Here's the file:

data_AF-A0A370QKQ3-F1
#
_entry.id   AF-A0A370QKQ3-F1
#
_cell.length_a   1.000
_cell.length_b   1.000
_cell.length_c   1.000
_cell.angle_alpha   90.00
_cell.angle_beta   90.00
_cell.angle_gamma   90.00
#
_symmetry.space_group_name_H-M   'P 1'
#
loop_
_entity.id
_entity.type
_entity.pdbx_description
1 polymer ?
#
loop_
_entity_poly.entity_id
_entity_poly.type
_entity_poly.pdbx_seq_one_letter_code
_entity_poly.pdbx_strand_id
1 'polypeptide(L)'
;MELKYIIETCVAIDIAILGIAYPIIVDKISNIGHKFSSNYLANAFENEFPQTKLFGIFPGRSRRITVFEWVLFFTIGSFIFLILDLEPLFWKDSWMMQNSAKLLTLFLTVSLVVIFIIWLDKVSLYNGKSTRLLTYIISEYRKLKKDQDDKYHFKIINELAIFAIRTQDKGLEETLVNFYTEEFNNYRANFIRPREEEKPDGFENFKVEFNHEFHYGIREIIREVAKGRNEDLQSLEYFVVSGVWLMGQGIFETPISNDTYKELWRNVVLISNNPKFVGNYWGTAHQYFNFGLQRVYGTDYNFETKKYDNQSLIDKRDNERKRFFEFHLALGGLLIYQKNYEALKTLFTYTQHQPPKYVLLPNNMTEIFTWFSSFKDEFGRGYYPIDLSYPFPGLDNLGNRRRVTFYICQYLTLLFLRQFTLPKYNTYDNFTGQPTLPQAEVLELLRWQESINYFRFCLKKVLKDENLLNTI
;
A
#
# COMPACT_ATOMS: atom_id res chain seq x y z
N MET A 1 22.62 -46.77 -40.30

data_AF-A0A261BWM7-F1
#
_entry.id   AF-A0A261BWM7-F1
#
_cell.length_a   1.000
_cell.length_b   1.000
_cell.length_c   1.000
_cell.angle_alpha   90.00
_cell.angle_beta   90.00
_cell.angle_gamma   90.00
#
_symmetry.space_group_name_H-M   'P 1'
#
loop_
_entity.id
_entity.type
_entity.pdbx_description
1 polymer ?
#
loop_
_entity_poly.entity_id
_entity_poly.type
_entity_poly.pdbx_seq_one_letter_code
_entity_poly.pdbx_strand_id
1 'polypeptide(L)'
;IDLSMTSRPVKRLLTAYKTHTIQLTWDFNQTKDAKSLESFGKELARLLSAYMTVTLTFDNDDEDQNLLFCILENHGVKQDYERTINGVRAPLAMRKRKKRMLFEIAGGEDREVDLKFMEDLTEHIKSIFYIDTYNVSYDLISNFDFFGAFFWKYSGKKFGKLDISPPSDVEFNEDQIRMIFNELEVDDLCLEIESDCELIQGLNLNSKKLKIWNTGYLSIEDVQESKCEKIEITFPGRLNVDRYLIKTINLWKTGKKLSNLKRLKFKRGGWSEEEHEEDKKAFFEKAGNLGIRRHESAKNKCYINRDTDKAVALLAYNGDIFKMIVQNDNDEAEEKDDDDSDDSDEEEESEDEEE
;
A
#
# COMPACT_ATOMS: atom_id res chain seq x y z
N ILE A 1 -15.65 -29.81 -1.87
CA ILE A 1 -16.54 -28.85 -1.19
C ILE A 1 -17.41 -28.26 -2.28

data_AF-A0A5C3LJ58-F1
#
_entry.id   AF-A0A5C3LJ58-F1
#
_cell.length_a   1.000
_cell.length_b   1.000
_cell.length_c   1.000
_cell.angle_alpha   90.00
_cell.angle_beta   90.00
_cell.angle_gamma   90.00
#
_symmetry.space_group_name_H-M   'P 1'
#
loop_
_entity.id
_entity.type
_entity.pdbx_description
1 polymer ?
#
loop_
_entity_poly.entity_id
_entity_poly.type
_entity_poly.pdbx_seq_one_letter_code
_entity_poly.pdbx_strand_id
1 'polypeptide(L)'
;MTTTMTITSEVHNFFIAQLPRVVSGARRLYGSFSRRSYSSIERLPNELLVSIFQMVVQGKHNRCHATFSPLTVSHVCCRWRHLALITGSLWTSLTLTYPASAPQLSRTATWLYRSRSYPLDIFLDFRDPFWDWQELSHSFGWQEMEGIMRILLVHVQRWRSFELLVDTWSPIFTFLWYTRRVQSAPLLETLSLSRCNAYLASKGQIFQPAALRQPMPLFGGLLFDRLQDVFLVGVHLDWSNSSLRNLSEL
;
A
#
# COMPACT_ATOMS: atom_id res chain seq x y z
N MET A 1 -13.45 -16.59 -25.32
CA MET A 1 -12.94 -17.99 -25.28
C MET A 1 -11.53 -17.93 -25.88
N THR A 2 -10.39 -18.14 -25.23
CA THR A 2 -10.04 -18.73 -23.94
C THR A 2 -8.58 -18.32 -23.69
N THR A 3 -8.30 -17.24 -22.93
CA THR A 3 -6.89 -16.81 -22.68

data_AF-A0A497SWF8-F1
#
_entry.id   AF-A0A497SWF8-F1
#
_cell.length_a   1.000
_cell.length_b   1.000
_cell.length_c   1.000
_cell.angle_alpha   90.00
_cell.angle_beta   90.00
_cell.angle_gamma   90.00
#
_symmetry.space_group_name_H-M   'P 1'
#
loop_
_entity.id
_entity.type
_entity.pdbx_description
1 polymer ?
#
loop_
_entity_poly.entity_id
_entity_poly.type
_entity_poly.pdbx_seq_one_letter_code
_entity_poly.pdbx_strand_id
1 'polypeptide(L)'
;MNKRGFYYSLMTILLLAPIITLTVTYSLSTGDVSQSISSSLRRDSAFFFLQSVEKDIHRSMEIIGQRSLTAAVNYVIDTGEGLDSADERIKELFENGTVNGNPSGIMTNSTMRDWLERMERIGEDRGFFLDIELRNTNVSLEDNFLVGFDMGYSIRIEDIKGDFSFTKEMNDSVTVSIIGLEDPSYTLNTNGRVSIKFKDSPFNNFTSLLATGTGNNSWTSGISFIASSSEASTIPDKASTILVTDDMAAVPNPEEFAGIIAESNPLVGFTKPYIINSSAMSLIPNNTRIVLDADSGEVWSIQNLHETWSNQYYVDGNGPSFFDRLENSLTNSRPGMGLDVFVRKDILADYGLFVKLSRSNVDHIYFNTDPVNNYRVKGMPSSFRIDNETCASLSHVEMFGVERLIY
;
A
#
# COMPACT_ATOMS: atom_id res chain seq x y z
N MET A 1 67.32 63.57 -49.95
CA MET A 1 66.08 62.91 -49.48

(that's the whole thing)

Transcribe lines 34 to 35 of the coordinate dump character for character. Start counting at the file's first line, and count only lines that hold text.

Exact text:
_entry.id   AF-A0A261BWM7-F1
#